The role of it-related disaster recovery in expediting the recovery from hurricanes in tourist-based coastal communities

Document Type

Conference Proceeding

Publication Date



While proximity to the ocean affords visitors and residents of coastal communities a unique lifestyle, the threat of coastal storms constantly looms, threatening the economic viability of these tourist-based economies. The executive director of community development for a county in a coastal region posed the question: What data needs to be backed up by the community? In order to answer this question, this study initiates a focus group discussion among construction industry experts from a hurricane embattled region. The transcribed discussions were analyzed using the content analysis technique. The results indicate that protecting data sources that traditionally are the focus of IT-related disaster recovery, while important, are dependent on the physical restoration of the community infrastructure. The physical infrastructure is likewise dependent on a wide range of data and information that, when readily available, drastically reduces the time, cost, and effort of post-disaster reconstruction. Infrastructure data and information, therefore, need to be protected in the same manner as traditional data sources. These findings indicated the need for a policy or ordinance mandated by the city or state that would require critical infrastructure data to be stored and backed up on a regular basis as new buildings, roads, and other infrastructure are built in the region. Also, such communities should have a disaster recovery policy to ensure the rapid restoration of data after a disaster. This policy recommendation strives for an ideal solution, and one that is not necessarily possible given the resource restraints of small, municipal governments. The hurdles of this policy are being addressed by integrating this problem within a joint business-engineering course and deploying student teams on-site. Students are tasked with identifying and gathering data as well as devising specifications for an information system that is protected against disaster and provides timely access to critical infrastructure data. Students are currently developing a pilot methodology and system recommendations to be presented during a city council. Both the students and the municipality attain favorable benefits: the former gaining incomparable real-world insight and experience, the latter gaining necessary technical requirements at minimal costs. This paper advocates the use of the focus group/content analysis method as a means to identify areas that create this type of mutual benefits. © American Society for Engineering Education, 2008.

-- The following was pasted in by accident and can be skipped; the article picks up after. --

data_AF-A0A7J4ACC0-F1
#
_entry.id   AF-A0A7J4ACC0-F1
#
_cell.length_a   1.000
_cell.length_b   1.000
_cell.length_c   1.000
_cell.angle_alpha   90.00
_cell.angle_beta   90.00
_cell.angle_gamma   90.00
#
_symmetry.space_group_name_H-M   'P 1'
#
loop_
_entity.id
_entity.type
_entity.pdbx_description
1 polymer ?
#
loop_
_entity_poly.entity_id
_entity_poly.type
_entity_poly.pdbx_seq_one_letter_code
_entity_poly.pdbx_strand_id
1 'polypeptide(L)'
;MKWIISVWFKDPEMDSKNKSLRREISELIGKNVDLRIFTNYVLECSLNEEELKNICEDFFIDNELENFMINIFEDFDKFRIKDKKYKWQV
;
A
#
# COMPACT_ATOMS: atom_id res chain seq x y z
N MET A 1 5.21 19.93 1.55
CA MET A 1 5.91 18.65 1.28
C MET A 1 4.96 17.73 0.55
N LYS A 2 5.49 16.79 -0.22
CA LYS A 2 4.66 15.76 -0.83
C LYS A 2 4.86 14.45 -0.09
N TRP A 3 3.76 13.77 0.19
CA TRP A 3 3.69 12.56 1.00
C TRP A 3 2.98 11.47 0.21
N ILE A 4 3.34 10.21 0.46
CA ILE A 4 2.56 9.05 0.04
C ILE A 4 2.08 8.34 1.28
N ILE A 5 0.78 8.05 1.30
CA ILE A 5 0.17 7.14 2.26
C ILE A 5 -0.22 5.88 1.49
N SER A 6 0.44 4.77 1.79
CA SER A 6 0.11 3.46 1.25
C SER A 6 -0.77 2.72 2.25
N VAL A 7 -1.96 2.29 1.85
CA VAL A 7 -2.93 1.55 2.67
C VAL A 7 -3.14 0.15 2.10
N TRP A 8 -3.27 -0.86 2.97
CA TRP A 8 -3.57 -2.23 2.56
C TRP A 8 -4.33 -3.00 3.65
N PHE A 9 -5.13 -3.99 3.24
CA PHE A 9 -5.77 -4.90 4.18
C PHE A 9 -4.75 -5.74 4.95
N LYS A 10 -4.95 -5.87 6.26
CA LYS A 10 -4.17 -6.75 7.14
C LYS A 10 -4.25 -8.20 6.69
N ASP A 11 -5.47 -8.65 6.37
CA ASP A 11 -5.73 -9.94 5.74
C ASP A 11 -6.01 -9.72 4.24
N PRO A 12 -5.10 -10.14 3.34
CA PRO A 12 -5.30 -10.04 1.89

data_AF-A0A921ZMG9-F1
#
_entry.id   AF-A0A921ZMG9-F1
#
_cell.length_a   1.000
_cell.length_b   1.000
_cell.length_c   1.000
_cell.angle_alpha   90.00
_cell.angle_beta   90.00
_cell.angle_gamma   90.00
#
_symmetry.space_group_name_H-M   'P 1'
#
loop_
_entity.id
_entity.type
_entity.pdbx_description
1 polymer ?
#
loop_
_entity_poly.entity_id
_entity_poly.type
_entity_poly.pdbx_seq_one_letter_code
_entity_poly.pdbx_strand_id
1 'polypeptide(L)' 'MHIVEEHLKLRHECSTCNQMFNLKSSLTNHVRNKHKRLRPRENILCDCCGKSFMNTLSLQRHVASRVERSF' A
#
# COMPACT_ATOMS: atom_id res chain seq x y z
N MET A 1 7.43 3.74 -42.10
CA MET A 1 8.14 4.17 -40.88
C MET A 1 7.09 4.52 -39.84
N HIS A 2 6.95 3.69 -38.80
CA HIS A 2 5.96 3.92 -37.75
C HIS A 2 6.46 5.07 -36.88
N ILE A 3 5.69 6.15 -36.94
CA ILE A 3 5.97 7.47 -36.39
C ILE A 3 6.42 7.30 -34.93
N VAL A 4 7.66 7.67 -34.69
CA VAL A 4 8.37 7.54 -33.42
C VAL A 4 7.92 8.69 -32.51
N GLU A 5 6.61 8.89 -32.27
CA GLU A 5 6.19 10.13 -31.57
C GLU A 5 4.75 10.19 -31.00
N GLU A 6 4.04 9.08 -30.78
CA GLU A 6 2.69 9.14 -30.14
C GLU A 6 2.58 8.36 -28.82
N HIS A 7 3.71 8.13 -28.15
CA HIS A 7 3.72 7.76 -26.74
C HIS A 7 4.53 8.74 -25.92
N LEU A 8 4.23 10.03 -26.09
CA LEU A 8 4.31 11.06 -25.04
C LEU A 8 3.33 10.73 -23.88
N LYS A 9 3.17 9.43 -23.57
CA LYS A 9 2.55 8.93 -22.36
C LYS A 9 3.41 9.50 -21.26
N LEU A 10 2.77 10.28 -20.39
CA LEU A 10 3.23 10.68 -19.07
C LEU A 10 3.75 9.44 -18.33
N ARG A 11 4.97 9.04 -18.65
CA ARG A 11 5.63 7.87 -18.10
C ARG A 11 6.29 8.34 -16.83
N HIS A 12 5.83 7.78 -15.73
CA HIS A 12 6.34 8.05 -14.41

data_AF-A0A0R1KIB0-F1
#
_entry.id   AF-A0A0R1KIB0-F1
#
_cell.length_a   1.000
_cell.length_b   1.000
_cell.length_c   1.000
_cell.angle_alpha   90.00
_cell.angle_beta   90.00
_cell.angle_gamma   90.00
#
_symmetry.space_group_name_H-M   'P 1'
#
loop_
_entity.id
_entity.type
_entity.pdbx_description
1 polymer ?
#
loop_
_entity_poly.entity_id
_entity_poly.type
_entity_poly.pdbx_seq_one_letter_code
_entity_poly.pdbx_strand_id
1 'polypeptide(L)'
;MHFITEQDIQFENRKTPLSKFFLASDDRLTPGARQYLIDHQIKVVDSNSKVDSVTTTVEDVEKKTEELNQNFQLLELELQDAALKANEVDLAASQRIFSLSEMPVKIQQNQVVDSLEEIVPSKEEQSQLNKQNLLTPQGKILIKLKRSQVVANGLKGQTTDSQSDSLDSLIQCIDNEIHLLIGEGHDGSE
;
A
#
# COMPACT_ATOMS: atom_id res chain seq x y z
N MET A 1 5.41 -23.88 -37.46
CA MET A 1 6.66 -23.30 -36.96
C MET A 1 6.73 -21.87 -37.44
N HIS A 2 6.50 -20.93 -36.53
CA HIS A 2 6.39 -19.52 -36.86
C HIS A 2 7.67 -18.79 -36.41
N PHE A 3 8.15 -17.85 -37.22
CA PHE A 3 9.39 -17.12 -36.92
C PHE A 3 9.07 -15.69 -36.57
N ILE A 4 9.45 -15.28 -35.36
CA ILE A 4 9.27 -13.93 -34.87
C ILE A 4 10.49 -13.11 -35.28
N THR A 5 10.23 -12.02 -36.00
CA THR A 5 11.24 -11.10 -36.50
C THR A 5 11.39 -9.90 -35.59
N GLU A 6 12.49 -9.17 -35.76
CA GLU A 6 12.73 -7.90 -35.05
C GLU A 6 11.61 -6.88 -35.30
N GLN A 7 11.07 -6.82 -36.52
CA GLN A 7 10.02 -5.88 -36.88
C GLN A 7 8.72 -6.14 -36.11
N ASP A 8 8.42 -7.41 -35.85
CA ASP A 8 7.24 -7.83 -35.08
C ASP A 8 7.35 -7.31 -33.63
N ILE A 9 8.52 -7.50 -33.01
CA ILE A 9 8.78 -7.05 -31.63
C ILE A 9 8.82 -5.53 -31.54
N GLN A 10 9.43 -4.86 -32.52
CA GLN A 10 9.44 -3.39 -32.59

Publication Title

ASEE Annual Conference and Exposition, Conference Proceedings

This document is currently not available here.